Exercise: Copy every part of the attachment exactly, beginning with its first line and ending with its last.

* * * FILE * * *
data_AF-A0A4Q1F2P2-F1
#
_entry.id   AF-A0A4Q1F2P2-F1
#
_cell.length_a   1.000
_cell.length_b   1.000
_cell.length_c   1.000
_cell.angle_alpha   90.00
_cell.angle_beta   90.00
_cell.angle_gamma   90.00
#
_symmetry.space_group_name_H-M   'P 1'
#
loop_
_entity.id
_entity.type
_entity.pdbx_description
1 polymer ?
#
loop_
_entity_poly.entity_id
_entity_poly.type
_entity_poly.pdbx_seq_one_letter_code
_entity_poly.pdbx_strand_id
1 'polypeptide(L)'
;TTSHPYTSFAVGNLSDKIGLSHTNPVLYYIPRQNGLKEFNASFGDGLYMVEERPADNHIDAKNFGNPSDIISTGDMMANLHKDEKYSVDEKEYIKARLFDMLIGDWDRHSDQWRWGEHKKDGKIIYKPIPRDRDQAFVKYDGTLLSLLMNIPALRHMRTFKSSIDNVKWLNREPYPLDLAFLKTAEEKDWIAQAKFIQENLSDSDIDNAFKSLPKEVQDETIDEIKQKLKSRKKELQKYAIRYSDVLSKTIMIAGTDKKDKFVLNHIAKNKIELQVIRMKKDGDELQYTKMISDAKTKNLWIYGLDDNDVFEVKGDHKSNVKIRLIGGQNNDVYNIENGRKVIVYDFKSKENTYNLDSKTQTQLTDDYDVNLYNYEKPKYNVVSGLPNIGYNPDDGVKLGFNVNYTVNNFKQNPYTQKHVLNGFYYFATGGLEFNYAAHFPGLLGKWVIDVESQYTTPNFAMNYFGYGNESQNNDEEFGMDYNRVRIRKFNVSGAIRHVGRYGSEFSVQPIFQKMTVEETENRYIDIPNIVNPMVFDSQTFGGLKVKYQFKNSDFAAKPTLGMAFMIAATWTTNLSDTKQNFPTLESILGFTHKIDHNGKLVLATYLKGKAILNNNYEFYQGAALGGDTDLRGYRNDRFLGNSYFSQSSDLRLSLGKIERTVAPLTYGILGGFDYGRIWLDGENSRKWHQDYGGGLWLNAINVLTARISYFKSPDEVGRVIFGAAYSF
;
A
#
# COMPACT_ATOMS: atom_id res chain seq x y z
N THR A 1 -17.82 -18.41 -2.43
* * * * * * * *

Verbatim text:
data_AF-A0A4Q1F2P2-F1
#
_entry.id   AF-A0A4Q1F2P2-F1
#
_cell.length_a   1.000
_cell.length_b   1.000
_cell.length_c   1.000
_cell.angle_alpha   90.00
_cell.angle_beta   90.00
_cell.angle_gamma   90.00
#
_symmetry.space_group_name_H-M   'P 1'
#
loop_
_entity.id
_entity.type
_entity.pdbx_description
1 polymer ?
#
loop_
_entity_poly.entity_id
_entity_poly.type
_entity_poly.pdbx_seq_one_letter_code
_entity_poly.pdbx_strand_id
1 'polypeptide(L)'
;TTSHPYTSFAVGNLSDKIGLSHTNPVLYYIPRQNGLKEFNASFGDGLYMVEERPADNHIDAKNFGNPSDIISTGDMMANLHKDEKYSVDEKEYIKARLFDMLIGDWDRHSDQWRWGEHKKDGKIIYKPIPRDRDQAFVKYDGTLLSLLMNIPALRHMRTFKSSIDNVKWLNREPYPLDLAFLKTAEEKDWIAQAKFIQENLSDSDIDNAFKSLPKEVQDETIDEIKQKLKSRKKELQKYAIRYSDVLSKTIMIAGTDKKDKFVLNHIAKNKIELQVIRMKKDGDELQYTKMISDAKTKNLWIYGLDDNDVFEVKGDHKSNVKIRLIGGQNNDVYNIENGRKVIVYDFKSKENTYNLDSKTQTQLTDDYDVNLYNYEKPKYNVVSGLPNIGYNPDDGVKLGFNVNYTVNNFKQNPYTQKHVLNGFYYFATGGLEFNYAAHFPGLLGKWVIDVESQYTTPNFAMNYFGYGNESQNNDEEFGMDYNRVRIRKFNVSGAIRHVGRYGSEFSVQPIFQKMTVEETENRYIDIPNIVNPMVFDSQTFGGLKVKYQFKNSDFAAKPTLGMAFMIAATWTTNLSDTKQNFPTLESILGFTHKIDHNGKLVLATYLKGKAILNNNYEFYQGAALGGDTDLRGYRNDRFLGNSYFSQSSDLRLSLGKIERTVAPLTYGILGGFDYGRIWLDGENSRKWHQDYGGGLWLNAINVLTARISYFKSPDEVGRVIFGAAYSF
;
A
#
# COMPACT_ATOMS: atom_id res chain seq x y z
N THR A 1 -17.82 -18.41 -2.43